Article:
Using antidepressants are not the only way give relief to mild from moderate depression. Dr. Weil has four suggestions, I’ve written about 10. Here’s how a little walk with Rumi can help relieve the blues.
Late last November, I wrote a post I named, A Little Depressed? 10 Actions That Help Me. As I wrote it, I knew that over time I’d keep adding to it as new “acts” arose in my life that I found were worthwhile behaviors that can clearly shifts one’s (or at least my) mind set.
It all began with finding the iPod that I thought was lost forever. Not one to listen much to music on iPods, I was, nevertheless, so pleased to find it that I affixed the ear plugs, grabbed my walking shoes and went for a jaunt.
I wasn’t in a foul mood at all, but it soon occurred to me that the walking combined with the music – a particular kind (in fact, not music per se at all) – carried me to a place that cradled me with sweet endorphins that swept all my cares away.
Now, readers of my various posts on depression, such as Dr. Weil’s Four Alternatives to Antidepressant Drugs (great pod cast interview there with Dr. Weil), know that I believe (as does Dr. Weil) that many people with mild to moderate depression may be able to control it without antidepressants (go to the above link for more on this).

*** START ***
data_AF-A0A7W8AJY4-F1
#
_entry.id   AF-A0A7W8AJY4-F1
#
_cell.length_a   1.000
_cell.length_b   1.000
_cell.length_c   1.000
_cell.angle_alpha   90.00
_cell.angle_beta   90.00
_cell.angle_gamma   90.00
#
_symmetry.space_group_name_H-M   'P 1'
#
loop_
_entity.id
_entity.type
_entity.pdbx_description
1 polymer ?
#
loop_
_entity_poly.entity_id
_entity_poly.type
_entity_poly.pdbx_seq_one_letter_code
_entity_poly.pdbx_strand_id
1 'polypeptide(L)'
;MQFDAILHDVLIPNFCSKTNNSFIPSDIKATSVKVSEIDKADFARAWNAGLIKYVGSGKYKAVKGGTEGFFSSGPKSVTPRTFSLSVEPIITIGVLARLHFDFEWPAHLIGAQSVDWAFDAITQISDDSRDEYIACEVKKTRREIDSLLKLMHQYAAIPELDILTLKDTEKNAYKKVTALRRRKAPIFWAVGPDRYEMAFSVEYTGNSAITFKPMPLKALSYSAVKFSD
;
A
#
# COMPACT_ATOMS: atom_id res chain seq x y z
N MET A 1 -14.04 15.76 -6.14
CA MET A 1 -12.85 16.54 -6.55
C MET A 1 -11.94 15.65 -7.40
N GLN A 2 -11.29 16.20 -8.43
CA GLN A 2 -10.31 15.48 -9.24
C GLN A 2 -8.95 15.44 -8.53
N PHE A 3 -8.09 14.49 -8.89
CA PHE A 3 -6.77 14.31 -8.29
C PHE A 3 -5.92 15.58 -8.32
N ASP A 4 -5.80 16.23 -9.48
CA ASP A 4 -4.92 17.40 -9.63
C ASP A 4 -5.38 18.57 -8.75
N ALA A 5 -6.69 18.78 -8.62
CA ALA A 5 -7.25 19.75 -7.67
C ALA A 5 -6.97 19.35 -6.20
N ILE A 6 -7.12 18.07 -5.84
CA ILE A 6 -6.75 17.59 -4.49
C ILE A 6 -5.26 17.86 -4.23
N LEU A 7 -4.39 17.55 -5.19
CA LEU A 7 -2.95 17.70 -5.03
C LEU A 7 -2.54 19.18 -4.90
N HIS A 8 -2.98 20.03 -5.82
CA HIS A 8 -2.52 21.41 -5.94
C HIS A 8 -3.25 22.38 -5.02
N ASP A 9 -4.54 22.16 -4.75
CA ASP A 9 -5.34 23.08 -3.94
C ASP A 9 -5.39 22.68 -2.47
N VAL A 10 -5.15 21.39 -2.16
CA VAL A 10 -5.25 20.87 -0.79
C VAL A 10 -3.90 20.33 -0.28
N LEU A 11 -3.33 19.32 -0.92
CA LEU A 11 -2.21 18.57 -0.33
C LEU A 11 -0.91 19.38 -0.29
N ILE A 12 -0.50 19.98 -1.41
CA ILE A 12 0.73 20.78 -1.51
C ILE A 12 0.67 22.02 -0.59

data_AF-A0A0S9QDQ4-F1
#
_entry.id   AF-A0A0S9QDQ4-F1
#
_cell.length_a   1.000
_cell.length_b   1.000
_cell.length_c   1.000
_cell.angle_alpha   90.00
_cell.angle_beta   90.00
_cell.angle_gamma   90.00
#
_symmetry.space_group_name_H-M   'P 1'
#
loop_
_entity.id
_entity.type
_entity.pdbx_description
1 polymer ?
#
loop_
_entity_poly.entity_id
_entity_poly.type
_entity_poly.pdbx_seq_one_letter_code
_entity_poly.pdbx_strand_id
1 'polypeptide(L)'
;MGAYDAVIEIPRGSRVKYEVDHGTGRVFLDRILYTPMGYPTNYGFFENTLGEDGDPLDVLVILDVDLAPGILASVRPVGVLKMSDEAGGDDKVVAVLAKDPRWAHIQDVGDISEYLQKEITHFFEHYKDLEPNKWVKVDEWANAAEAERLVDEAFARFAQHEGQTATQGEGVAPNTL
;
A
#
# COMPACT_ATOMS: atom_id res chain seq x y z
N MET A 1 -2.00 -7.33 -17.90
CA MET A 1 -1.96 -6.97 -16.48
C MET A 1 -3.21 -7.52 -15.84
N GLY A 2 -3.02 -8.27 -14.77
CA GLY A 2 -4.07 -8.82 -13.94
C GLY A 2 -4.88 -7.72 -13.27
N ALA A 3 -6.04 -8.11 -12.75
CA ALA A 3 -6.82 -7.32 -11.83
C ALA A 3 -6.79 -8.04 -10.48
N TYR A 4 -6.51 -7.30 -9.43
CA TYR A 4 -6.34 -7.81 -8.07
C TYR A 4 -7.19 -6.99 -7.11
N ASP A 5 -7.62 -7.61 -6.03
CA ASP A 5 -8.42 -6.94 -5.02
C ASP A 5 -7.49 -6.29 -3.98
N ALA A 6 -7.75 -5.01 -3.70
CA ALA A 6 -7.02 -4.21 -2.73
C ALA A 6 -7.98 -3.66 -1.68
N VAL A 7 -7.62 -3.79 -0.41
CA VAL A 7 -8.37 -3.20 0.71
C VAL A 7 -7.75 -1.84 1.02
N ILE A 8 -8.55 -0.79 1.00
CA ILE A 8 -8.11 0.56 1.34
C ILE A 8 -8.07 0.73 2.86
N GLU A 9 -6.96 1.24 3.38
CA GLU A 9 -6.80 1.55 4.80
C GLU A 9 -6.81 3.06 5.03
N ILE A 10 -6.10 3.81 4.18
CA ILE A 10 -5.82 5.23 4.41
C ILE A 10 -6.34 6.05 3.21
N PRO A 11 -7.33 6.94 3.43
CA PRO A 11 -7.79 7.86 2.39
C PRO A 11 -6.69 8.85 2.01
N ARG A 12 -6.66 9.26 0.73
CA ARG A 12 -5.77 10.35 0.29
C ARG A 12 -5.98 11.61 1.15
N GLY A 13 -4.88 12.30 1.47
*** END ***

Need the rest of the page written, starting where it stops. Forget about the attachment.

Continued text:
Dr. Weil has his “four alternatives” and I have my “10 (now 11) actions”, and if you throw them in a shaker jar and shake, shake, shake… just maybe those antidepressant pills can be shaken from the pill box into the garbage.
A Music Recommendation (not quite)
Yeah, whatever moves you, whatever can shift you to a better mental state… that’s the recommendation. But for me today, the music itself was a minor, background harp plucking here and there. What was front and center, and largely responsible for my shift in consciousness, was Rumi.
For those of you who don’t know, Jalāl ad-Dīn Muḥammad Rūmī was a brilliant and revolutionary Persian Sufi, mystic, poet and philosopher of the 13th Century. He’s considered one of the best poets of all time.
It was Rumi’s poetry, as translated and spoken by the wonderfully erudite Coleman Barks, that made that walk great, and inspired this post.
Check it out. Go here and you can listen to the Coleman Barks album, What Was Said to the Rose. Start with the first selection, What Was Told and keep going till you’re mesmerized. For your own happy walk, download What Was Said to the Rose on whatever device will play it and go outside and take a walk, particularly the next time you’re blue.
P.S. I’d really enjoy it if you’d share your favorite poem in the Comments section below.
Published on January 6, 2012